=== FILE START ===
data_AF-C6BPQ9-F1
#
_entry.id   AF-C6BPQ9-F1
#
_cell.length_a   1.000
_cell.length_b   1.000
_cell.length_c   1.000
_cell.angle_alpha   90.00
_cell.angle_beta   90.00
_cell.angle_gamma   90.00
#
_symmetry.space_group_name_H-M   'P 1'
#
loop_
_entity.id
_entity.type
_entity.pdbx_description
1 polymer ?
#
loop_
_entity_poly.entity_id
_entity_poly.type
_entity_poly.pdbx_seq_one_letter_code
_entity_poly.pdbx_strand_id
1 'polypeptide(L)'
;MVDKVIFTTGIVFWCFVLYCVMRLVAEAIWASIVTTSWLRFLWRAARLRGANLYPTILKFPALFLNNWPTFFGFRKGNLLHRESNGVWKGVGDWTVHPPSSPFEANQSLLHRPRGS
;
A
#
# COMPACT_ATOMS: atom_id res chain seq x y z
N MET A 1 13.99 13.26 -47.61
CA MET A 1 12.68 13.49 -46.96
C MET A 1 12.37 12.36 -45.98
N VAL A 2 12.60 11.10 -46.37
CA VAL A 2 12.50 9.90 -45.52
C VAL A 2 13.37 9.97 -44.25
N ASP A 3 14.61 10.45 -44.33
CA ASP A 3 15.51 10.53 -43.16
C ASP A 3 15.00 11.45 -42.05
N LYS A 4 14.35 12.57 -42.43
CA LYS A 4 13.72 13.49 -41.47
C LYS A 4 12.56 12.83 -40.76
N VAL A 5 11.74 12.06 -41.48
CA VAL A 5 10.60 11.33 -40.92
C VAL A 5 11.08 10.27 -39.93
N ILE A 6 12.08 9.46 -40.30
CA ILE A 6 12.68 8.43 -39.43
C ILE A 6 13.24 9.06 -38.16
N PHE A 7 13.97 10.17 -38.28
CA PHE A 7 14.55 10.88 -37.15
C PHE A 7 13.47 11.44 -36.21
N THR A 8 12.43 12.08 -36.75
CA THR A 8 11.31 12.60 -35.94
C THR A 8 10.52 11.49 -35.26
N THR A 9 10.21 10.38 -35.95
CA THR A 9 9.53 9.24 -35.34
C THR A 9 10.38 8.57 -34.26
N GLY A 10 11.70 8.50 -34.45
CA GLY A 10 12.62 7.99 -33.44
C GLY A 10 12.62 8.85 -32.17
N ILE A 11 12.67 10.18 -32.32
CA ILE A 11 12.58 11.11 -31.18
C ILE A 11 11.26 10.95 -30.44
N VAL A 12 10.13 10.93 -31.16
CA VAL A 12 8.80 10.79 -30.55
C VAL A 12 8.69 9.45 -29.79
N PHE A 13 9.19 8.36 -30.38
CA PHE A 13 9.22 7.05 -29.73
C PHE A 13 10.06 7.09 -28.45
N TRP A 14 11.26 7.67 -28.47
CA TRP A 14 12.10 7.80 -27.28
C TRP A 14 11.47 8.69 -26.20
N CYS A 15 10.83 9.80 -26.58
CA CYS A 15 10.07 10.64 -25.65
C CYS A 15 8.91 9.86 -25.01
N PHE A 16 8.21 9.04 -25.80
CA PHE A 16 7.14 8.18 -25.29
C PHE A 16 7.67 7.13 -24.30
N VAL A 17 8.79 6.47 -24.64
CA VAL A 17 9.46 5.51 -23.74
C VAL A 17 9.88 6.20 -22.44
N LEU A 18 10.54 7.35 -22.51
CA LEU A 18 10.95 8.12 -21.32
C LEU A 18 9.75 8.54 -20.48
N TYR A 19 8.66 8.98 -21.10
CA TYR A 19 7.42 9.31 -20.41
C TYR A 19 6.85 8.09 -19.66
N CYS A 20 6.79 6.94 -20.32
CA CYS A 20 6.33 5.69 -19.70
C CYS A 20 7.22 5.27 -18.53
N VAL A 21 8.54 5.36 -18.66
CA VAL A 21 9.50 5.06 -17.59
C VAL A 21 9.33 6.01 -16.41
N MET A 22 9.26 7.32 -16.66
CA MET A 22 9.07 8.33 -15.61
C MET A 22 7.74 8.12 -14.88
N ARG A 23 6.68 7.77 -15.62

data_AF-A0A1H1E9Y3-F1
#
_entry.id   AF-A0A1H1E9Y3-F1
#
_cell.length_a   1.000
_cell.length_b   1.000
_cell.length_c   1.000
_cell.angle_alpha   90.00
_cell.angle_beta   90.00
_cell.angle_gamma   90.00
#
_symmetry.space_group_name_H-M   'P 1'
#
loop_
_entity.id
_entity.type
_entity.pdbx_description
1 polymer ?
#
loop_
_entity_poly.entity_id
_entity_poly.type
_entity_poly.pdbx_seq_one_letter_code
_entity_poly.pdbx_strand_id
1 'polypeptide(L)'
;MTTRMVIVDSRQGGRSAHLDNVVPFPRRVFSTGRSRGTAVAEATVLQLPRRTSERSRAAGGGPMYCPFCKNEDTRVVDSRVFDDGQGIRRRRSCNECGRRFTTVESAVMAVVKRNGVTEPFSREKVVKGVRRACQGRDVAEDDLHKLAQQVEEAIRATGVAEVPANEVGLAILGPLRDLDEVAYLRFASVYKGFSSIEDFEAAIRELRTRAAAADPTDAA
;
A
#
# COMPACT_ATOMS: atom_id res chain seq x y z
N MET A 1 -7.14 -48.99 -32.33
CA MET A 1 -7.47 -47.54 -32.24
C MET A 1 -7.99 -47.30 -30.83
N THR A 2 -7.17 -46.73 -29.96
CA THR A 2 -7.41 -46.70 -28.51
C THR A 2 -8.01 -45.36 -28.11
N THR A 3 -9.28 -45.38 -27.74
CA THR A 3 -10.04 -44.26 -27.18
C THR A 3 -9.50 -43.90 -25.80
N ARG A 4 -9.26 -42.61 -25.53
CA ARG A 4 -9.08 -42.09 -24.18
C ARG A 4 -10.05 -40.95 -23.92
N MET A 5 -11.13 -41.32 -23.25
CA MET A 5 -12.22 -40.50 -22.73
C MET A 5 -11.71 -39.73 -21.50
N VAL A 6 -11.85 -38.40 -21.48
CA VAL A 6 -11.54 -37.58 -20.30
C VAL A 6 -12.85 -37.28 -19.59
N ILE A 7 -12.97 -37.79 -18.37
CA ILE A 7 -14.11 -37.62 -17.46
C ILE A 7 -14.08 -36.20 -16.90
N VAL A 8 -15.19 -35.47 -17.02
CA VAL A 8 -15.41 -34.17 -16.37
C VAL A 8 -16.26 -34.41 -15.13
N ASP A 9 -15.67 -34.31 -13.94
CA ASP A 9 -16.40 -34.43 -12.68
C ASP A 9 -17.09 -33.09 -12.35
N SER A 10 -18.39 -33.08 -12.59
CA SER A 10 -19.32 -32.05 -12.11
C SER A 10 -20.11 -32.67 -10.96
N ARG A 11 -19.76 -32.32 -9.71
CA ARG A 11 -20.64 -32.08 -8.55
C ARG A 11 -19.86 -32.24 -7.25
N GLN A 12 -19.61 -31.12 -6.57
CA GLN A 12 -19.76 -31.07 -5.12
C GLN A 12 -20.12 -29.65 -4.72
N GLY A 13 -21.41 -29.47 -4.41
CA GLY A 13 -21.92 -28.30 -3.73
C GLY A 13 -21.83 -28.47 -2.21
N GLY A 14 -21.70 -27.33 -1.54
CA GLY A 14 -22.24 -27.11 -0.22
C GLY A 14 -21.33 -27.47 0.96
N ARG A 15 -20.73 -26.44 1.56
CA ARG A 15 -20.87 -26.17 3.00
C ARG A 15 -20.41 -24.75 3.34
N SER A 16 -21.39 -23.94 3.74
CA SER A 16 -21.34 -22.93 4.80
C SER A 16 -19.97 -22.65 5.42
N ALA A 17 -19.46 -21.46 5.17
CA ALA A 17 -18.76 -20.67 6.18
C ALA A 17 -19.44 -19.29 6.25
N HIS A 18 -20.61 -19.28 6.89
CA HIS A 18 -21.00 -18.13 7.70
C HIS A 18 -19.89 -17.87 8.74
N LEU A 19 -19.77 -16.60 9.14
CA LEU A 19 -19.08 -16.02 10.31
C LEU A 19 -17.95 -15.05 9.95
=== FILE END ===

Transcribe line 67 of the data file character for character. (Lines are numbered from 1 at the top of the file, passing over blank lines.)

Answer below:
N PHE A 13 9.19 8.36 -30.38